These developments changed the conversation about inequality in America. In earlier columns, I discussed the forgotten history that preceded this turning point, when advocates for racial justice called for universally redistributive policies and a commitment to a full-employment economy. During that period, the civil rights agenda accommodated a broader, Cold War–influenced withdrawal from political economy. Just as the transformation of economic inequality into poverty came to a head in debates over shaping the War on Poverty, retreat on the civil rights front was institutionalized in the very language in which fair employment was codified in Title VII of the 1964 Civil Rights Act, which effectively defined discrimination as the sole addressable source of inequality in Black employment.
Even then, A. Philip Randolph, Walter Reuther, and others argued that because much Black unemployment and underemployment resulted from structural economic shifts, combating discrimination alone would not adequately address these disparities. As Randolph stated at the 1963 March on Washington for Jobs and Freedom, “Yes, we want a Fair Employment Practice Act, but what good will it do if profit-generated automation destroys the jobs of millions of workers, black and white?” Yet Black civic and political elites mainly fell into line with the terms in which the legislative victories of the mid-’60s were won; in the end, they found the required trade-offs acceptable. The commitment to racial democracy as unfettered equality of opportunity took priority over a social-democratic attack on the cause of working-class unemployment.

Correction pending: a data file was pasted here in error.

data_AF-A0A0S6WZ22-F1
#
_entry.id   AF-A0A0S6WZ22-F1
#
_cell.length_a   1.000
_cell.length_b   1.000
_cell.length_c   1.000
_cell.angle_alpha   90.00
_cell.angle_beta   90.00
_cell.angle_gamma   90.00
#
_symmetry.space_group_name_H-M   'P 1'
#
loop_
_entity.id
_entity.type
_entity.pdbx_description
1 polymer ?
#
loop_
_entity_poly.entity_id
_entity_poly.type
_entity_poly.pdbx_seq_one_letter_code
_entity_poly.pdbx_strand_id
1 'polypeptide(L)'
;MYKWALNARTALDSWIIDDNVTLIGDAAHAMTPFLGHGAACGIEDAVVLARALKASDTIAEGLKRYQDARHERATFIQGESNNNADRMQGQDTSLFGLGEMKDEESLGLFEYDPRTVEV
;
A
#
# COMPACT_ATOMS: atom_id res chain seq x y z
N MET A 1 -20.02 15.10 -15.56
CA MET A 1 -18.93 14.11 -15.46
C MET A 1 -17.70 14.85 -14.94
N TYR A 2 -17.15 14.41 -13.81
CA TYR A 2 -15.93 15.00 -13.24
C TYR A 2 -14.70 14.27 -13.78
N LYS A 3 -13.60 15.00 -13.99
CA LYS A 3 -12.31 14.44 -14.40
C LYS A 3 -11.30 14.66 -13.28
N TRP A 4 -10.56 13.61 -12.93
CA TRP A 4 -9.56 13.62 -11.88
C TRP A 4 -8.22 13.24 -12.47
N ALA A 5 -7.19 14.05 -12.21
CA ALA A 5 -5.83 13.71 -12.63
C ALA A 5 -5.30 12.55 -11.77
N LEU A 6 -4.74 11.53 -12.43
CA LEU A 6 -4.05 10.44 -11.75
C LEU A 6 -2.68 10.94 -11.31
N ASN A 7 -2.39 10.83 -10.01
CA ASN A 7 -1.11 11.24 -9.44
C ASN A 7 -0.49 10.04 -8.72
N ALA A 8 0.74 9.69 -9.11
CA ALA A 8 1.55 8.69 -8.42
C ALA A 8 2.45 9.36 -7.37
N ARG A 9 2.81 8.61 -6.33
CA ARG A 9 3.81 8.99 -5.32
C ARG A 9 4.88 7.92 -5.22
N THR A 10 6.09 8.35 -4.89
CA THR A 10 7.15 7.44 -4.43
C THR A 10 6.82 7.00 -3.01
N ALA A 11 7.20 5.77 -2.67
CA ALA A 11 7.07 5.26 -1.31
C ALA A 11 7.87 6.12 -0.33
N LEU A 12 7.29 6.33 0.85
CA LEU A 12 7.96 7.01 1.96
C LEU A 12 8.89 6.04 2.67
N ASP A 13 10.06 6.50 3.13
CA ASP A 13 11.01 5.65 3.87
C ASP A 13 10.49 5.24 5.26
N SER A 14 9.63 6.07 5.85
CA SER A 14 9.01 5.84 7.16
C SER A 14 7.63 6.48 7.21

The civil rights establishment had embraced Title VII over a more expansive alternative sponsored by then-Senator Hubert Humphrey. That bill would have located the fair-employment-practices function in the Department of Labor and linked antidiscrimination provisions to general manpower planning and active federal intervention to tighten labor markets, including jobs programs. Like Randolph and Reuther, many Black policy elites preferred the Humphrey bill because they understood the limits of antidiscrimination for addressing Black under- and unemployment. But few were committed enough to focus on fighting for it as an alternative to Title VII. In part, that lack of follow-through reflected a judgment that, as the NAACP lobbyist Clarence Mitchell Jr. opined, passing two major civil rights initiatives in 1964 would be nearly impossible. For most, the Civil Rights Act was primary.